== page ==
Good news for avid TV watchers and bad news for broadcast executives. Aereo, a service which allows users to watch and record live broadcast TV online, launched this past Tuesday for Android users. Basically, Aereo has set up receivers in select cities, and is streaming broadcast TV online, over the phone, and on Roku for $8 monthly.
I know what you’re thinking. Why didn’t I think of this first? Chet Kanojia, founder and CEO, is sitting on a gold mine, not creating any original content of his own, mining the airwaves, and providing cloud storage to hook users.
As you’d imagine, the big four are not taking this sitting down. Claiming that Aereo is circumventing copyright laws, they’ve petitioned the US Supreme court, the only branch of the government that seems to have made any decisions in the past year, yet don’t seem to be gaining much traction.
The courts don’t see anything illegal with Aereo’s business model, and it looks as if Aereo is going to stick around.
So, being a newly initiated Android user myself (sorry, Steve Jobs), and because I live in one of the initial 6 areas that offer this service (as a spring breaking Jesse Pinkman would say: “I’m in Miami…. BITCH!”), I decided to sign up for the free month.
Running the app for the first time, I was pleasantly surprised to find that there were 31 channels available to me. However, I hadn’t heard of most of the non-big-four-affiliated channels.
One of those channels was SoaC, an evangelical Christian channel that was airing a children’s show by the name of BJ’s Teddy Bear Hour (Google it). What transpired before my eyes proved to be a fairly surreal experience; an eerily voiced Teddy Bear was recounting the tale of Sodom and Gomorrah (again, Google it).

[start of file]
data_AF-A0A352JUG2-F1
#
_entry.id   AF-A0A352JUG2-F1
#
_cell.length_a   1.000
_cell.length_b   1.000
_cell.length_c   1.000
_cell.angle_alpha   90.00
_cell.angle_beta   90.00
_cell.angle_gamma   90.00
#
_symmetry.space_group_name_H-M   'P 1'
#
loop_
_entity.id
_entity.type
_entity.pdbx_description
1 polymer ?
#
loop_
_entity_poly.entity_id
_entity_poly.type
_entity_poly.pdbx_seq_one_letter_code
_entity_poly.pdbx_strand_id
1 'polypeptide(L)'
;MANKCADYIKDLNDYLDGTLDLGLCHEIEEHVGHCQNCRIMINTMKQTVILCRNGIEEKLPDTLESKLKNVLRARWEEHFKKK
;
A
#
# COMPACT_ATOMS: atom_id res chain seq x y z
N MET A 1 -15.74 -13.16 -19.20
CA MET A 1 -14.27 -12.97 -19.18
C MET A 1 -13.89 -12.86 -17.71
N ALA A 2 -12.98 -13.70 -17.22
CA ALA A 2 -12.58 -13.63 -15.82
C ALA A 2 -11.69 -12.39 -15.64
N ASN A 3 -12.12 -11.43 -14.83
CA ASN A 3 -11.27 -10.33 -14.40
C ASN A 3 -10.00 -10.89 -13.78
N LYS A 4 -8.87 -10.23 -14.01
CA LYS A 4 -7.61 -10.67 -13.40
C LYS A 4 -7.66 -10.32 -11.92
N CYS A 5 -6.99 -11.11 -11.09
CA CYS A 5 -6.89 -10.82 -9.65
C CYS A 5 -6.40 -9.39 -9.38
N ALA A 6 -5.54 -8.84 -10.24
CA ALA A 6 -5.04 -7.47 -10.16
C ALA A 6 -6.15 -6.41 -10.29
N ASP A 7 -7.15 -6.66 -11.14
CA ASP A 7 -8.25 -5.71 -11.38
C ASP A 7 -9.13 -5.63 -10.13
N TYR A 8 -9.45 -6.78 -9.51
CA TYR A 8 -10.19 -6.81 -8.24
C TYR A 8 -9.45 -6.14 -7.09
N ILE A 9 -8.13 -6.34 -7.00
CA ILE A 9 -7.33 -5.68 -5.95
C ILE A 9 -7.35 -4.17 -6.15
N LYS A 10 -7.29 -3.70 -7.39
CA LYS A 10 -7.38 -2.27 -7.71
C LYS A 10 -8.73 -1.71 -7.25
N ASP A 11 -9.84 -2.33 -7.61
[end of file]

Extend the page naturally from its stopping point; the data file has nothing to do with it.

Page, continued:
After the PTSD flashbacks associated with childhood schooling subsided (ie. after I was able get out of a fetal position), I decided to view tamer programming like NBC’s Today, PBS’s Sesame Street, CBS’s Let’s Make a Deal, and Bloomberg’s live coverage of a committee hearing on the status of healthcare.gov.
The only bad thing I noticed was that the first 5 seconds of streaming a new channel are always a bit choppy. Other than that, picture quality is clear and fluid, comparable to watching cable, much better than watching over an antenna. I was even able to pause and record, as promised.
Although I was pleasantly surprised by this app, I’m not sure I will be paying $8 monthly to continue this service. Perhaps when Aereo adds more channels, I’ll be tempted. This service is geared toward those who watch local sports and local news and is ideal for Spanish speakers who want Univision, Telemundo, etc. who don’t want to pay top dollar for superfluous channels that cable companies love to bundle in.
Overall, it’s a great idea, if only for the capability to watch local TV on a new device.